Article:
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Do you have a fig tree?

Posted by carol6ma_7ari zones 6 %26 7a (My Page) on
Mon, Mar 18, 13 at 9:39

I'm thinking of getting a Brown Turkey fig tree which would be planted outdoors where I am, on the lowest edge of zone 7. Does anyone else in New England have one? Bill6RI, I seem to recall it was part of your list of zone-pushings.

Carol


Follow-Up Postings:

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RE: Do you have a fig tree?

I am interested in this, too. Someone was selling little ones at the Tilton NH farmers market (I think they will be available at the Tilton Agway) and said they could be over-wintered in a garage.

How soon a plant like this start producing fruit? From what I've read it takes 2-3 years.


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RE: Do you have a fig tree?

Carol,

Yes I do have one. I have no idea what kind it is since it was given to my father years ago from a family friend. I used to protect it years ago, but I'm no longer able to do all that work. It has fended for itself for the past 15 years or so. Most years it dies back to a couple of feet from the ground, but still barely has time to ripen a few figs. The past two winters it didn't die back at all and now it's about 8 feet high with multiple branches. I looked at it the other day and it seems fine even at the tips of the branches, so we'll see how it goes.

The figs are the purplish kind, and I have a feeling that it may have come from Italy years ago since the family friend was Italian and who knows where he got it from, not to mention how it got past the agricultural inspection.....

I can give you a cutting or two if you'd like. I understand that they root fairly easily but I've never tried.

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RE: Do you have a fig tree?

Ooooh, Defrost, you enabler. I'm only a few minutes from the Tilton Farmer's Market. I've always wanted a fig, and until it gets big there's a spot in a south-facing unused bedroom it could overwinter in.


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RE: Do you have a fig tree?

NHBabs, if you leave the potted plant outside until a killing frost it will be leafless and dormant. Then you can overwinter it in a cool spot, even if it's dark. A basement or garage might do as long as it doesn't get really cold (say no lower than 20?). Hold watering to a minimum to discourage early breaking of dormancy until it's warm enough to set it outside again. I did that for a few years with another white (green?) fig and got fruit every year. But then I got too lazy to schlep it in and out of the cellar. It was in a pretty big (i.e. HEAVY!) pot after a few years and so I planted it in the ground, but it died after the first winter. Must have been a very tender type.

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RE: Do you have a fig tree?

Logees has a hardy fig - I know nothing about these but it's an intriguing idea!

Here is a link that might be useful: Chicago Hardy Fig at Logees


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RE: Do you have a fig tree?

Two Brown Turkey Fig trees in my yard. Both loose about 6 inches of top growth a year, but not to the ground in the past four years. I suggest if you were you were to plant it in the ground, try the warmest place possible (near an air vent and/or along the foundation of your house) The heat will encourage the fruit to ripen, thus the plant will yield more fruit for the season.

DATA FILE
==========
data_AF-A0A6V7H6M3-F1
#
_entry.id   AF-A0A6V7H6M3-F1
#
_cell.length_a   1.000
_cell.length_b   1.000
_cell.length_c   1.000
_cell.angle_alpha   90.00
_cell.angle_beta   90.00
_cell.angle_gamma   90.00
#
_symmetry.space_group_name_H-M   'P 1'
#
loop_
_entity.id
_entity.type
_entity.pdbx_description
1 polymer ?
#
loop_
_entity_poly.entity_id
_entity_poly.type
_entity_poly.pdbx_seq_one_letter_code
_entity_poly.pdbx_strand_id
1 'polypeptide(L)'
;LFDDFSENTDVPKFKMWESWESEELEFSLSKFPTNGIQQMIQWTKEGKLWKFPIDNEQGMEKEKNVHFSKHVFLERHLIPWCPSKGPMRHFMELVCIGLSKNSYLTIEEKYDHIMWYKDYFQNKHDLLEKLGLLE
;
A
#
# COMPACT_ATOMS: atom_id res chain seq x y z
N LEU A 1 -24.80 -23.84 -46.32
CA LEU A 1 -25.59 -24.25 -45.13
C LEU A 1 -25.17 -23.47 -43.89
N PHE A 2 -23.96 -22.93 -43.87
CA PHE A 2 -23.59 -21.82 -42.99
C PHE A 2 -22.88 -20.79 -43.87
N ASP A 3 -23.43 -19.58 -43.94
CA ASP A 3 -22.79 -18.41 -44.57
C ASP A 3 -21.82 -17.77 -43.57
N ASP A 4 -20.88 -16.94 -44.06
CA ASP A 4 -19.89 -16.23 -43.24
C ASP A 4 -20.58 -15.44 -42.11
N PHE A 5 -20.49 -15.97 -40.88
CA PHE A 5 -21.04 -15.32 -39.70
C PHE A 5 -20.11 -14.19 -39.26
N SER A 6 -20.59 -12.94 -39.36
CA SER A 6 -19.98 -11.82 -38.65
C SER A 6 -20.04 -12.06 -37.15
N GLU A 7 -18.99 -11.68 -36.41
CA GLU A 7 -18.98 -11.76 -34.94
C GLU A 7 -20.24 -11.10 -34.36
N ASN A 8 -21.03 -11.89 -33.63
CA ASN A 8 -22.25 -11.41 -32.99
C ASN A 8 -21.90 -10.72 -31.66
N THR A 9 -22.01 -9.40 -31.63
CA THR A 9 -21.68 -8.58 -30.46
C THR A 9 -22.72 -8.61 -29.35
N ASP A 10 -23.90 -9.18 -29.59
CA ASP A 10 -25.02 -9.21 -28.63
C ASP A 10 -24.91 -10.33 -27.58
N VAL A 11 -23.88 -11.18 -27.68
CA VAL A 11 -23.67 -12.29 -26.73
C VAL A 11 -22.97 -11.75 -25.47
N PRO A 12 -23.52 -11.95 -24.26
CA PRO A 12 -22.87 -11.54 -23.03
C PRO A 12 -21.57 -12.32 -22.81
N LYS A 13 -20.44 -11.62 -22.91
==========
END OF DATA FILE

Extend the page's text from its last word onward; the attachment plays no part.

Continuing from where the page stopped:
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RE: Do you have a fig tree?

There are a number of people down here in the New Bedford area that have large UNPROTECTED fig trees planted in the ground--and they produce lots of figs every year. I bought a dwarf Blackjack Fig at Haskell's in New Bedford a few years ago. The tag said it is hardy to zero degrees (zone 7). Even though my location is right on the edge of zone 7, I planted it in a large pot and overwintered it in the garage. It has reliably produced figs each year. But I moved it out of the garage into the yard at the end of February to keep it dormant because I am planting it in the ground this spring to see how it fares--as an experiment (I am tired of schlepping it around and it has become too tall for my garage!). But just to echo what Bill said. Do not water until you can bring it outdoors if overwintering in the garage. I gave it a drink mid-winter a few years ago and the thing started to grow--robustly--in total darkness! It sent out new- very pale yellow--almost white---foliage along with a bunch of baby figs by the start of March! The added problem was my garage tends to be warm. But--I just pruned it all back later in spring, fertilized it heavily, and then put it in a hot sunny spot. It regrew just fine with figs.


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RE: Do you have a fig tree?

I just planted a few figs down here in MA last year, I believe Chicago Hardy. They appear to have had no problem over the winter, although I did cover with many leaves.

They are supposed to be able to come back from dying to the ground if the roots don't freeze, and once established be able to provide fruit that same year. We shall see. :)


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RE: Do you have a fig tree?

I picked up an Afgan Fig last fall. It's suppose to be a 1/2 zone hardier than other Figs. We'll see what happens. The Fig I have in my garden now dies back to the mulch line each season including last winter which was very mild.......i guess I need to try another type. Bill, I can't wait to see your big Fig.


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RE: Do you have a fig tree?